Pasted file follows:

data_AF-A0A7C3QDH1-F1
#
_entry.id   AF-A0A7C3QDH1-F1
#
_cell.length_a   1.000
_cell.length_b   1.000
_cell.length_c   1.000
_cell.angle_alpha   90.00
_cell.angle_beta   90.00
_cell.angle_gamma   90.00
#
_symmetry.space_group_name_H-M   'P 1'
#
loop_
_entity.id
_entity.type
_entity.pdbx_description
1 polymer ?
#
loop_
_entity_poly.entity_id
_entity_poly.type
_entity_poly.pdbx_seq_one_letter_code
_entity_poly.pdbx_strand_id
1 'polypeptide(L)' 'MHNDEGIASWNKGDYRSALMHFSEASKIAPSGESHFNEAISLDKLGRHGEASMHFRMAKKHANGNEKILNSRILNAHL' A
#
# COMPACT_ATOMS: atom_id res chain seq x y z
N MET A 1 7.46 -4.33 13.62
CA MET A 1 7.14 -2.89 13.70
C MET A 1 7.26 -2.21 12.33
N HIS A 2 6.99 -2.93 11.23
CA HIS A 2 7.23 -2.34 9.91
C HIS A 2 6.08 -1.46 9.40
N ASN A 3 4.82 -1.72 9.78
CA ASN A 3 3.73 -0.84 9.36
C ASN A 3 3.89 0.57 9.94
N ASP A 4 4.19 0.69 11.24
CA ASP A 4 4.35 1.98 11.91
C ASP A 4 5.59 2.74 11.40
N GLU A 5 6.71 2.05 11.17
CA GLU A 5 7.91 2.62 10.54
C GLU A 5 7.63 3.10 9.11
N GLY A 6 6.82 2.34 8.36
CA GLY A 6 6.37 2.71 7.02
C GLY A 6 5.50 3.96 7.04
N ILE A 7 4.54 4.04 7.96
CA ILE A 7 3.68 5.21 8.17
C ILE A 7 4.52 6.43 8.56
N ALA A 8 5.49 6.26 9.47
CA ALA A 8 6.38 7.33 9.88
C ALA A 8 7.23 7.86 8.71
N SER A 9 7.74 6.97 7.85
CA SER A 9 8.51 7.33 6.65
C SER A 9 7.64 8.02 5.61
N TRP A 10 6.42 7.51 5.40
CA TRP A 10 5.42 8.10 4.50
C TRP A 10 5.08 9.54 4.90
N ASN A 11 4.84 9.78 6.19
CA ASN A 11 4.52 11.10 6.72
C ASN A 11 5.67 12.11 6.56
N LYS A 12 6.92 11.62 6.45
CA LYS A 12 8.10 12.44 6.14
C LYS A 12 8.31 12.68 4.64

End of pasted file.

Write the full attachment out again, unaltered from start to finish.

data_AF-A0A7C3QDH1-F1
#
_entry.id   AF-A0A7C3QDH1-F1
#
_cell.length_a   1.000
_cell.length_b   1.000
_cell.length_c   1.000
_cell.angle_alpha   90.00
_cell.angle_beta   90.00
_cell.angle_gamma   90.00
#
_symmetry.space_group_name_H-M   'P 1'
#
loop_
_entity.id
_entity.type
_entity.pdbx_description
1 polymer ?
#
loop_
_entity_poly.entity_id
_entity_poly.type
_entity_poly.pdbx_seq_one_letter_code
_entity_poly.pdbx_strand_id
1 'polypeptide(L)' 'MHNDEGIASWNKGDYRSALMHFSEASKIAPSGESHFNEAISLDKLGRHGEASMHFRMAKKHANGNEKILNSRILNAHL' A
#
# COMPACT_ATOMS: atom_id res chain seq x y z
N MET A 1 7.46 -4.33 13.62
CA MET A 1 7.14 -2.89 13.70
C MET A 1 7.26 -2.21 12.33
N HIS A 2 6.99 -2.93 11.23
CA HIS A 2 7.23 -2.34 9.91
C HIS A 2 6.08 -1.46 9.40
N ASN A 3 4.82 -1.72 9.78
CA ASN A 3 3.73 -0.84 9.36
C ASN A 3 3.89 0.57 9.94
N ASP A 4 4.19 0.69 11.24
CA ASP A 4 4.35 1.98 11.91
C ASP A 4 5.59 2.74 11.40
N GLU A 5 6.71 2.05 11.17
CA GLU A 5 7.91 2.62 10.54
C GLU A 5 7.63 3.10 9.11
N GLY A 6 6.82 2.34 8.36
CA GLY A 6 6.37 2.71 7.02
C GLY A 6 5.50 3.96 7.04
N ILE A 7 4.54 4.04 7.96
CA ILE A 7 3.68 5.21 8.17
C ILE A 7 4.52 6.43 8.56
N ALA A 8 5.49 6.26 9.47
CA ALA A 8 6.38 7.33 9.88
C ALA A 8 7.23 7.86 8.71
N SER A 9 7.74 6.97 7.85
CA SER A 9 8.51 7.33 6.65
C SER A 9 7.64 8.02 5.61
N TRP A 10 6.42 7.51 5.40
CA TRP A 10 5.42 8.10 4.50
C TRP A 10 5.08 9.54 4.90
N ASN A 11 4.84 9.78 6.19
CA ASN A 11 4.52 11.10 6.72
C ASN A 11 5.67 12.11 6.56
N LYS A 12 6.92 11.62 6.45
CA LYS A 12 8.10 12.44 6.14
C LYS A 12 8.31 12.68 4.64